>>No, because the Shape implementation would need to be aware of all classes derived from Shape which >>needed to be registered.

Where ever you put the code, it would have to be aware of the derived shape types.
If you put it in a registration_helper class, then it will have to know about the derived shapes.

You can still put it in a registration_helper, like I did in above example, in which the registration_helper is a sub class of the Shape class.

IMHO, this gives you more encapsulation.
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by:Axter
ID: 12127342
>>There's something really nice about loading a .dll or .so and having it register its own class in your global map.
>>e.g. LoadLibrary("circle.dll"), LoadLibrary("square.dll") etc...

That's true.
In that case, you wouldn't have much of a choice, other then to use the method you referring to.
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by:rstaveley
ID: 12127770
The reason for using the anonymous namespace (or making it static, if you don't like moving with the times ;-) ) is to have the helper only register the class being implemented in the current module.

It is a good contender for one of those evil, evil macros. [Come on admit it, you like them really!]

e.g.

#define REGISTER(name) \
namespace {\
  struct factory {\
    factory() {\
      Shape::RegisterShapeType(#name, CreateInstance);\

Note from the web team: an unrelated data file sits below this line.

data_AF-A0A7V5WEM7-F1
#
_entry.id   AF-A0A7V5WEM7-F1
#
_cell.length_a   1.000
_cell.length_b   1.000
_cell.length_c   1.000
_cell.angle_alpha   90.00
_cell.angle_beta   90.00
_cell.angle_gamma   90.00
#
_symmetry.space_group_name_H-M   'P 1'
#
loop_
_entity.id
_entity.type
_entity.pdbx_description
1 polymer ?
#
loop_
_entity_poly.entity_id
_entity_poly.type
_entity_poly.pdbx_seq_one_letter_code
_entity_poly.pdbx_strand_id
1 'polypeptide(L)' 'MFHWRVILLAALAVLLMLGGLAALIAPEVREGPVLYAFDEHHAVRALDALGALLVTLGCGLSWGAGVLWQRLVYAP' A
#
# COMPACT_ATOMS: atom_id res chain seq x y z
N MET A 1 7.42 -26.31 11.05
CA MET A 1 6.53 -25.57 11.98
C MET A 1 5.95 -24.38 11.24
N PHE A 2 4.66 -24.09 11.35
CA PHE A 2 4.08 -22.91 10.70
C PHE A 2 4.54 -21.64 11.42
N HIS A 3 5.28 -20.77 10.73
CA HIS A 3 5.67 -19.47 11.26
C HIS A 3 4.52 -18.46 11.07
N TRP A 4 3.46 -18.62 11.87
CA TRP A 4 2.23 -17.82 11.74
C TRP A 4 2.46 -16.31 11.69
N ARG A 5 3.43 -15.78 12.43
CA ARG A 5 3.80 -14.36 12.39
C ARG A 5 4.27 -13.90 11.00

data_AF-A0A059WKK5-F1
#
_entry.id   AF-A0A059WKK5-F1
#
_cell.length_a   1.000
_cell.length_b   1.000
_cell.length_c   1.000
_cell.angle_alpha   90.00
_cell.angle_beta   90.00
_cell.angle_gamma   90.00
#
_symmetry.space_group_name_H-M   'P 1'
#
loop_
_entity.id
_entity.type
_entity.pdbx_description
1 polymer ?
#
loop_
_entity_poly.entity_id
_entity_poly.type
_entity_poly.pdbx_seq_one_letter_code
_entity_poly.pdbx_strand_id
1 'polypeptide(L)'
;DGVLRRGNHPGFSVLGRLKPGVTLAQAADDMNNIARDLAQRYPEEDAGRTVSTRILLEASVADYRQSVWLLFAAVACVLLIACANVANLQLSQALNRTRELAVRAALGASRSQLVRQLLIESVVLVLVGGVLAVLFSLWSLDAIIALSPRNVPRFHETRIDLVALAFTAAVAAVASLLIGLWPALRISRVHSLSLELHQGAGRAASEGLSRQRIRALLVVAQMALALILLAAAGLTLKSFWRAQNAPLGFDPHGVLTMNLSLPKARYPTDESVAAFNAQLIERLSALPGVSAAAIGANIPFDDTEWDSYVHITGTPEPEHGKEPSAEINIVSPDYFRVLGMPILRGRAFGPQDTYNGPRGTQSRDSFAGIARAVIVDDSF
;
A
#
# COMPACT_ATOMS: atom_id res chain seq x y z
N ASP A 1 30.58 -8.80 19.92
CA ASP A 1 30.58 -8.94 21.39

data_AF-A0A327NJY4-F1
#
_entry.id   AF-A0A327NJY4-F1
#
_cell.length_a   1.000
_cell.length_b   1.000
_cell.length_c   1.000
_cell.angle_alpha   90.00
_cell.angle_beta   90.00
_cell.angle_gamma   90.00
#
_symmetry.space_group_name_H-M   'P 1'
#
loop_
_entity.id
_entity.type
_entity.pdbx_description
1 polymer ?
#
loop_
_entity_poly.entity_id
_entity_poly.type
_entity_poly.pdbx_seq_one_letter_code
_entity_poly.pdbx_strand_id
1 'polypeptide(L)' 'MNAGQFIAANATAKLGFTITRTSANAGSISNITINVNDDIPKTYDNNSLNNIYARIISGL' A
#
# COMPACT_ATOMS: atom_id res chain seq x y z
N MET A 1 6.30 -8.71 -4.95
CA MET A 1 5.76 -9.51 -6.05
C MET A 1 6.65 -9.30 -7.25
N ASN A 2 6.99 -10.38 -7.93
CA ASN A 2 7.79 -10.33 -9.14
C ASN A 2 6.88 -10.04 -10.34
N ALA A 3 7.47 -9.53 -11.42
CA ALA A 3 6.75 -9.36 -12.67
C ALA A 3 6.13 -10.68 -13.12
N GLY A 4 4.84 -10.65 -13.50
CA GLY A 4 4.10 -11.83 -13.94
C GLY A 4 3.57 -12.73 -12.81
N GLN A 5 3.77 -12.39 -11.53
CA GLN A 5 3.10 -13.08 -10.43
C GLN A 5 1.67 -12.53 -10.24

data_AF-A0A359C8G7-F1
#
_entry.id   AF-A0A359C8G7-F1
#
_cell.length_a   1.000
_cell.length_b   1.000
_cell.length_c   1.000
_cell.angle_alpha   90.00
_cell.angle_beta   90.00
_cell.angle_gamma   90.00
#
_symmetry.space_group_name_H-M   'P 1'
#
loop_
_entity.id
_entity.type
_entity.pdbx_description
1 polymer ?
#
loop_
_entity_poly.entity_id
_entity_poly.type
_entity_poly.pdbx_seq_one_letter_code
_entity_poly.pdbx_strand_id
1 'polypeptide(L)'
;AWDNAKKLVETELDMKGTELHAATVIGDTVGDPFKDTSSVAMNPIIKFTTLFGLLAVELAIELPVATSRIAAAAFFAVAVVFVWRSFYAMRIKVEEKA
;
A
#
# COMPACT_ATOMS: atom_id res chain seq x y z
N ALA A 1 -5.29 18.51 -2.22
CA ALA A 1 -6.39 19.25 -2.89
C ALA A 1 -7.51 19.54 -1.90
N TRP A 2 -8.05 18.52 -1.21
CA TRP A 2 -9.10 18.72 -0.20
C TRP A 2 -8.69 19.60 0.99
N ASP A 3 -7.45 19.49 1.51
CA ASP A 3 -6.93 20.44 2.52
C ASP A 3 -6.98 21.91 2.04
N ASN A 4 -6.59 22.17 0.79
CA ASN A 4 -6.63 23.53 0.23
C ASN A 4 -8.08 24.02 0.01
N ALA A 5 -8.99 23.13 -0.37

}\
    static Shape* CreateInstance() {\
        new name();\
    }\
  };\
  factory hidden_factory;\
}

..and in circle.cpp have

REGISTER(Circle)

..and in Square.cpp have
REGISTER(Square)

That way each module is responsible for registering itself.
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by:Axter
ID: 12128124
>>It is a good contender for one of those evil, evil macros.

Yes, but I would make the name much more complicated, so as to reduce the posibility of conflicts.

#define REGISTER_SHAPE_TYPE_(name) \

>>[Come on admit it, you like them really!]

I was a C programmer, long befoe I started on C++, so yes, I do like to use my macros.
But only when I can't accomplish the same thing by any other means.
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by:itsmeandnobodyelse
ID: 12130554
>>[Come on admit it, you like them really!]

Yes, there is some fascinating thing to watch the evil. Look at this class definition:

class BasSystem : public Persistent
{
// @dataprivate
private:
   
   // declare BasSystem as persistent class
   DECL_PERS_TBL(BasSystem, BAS, BASSYSTEM)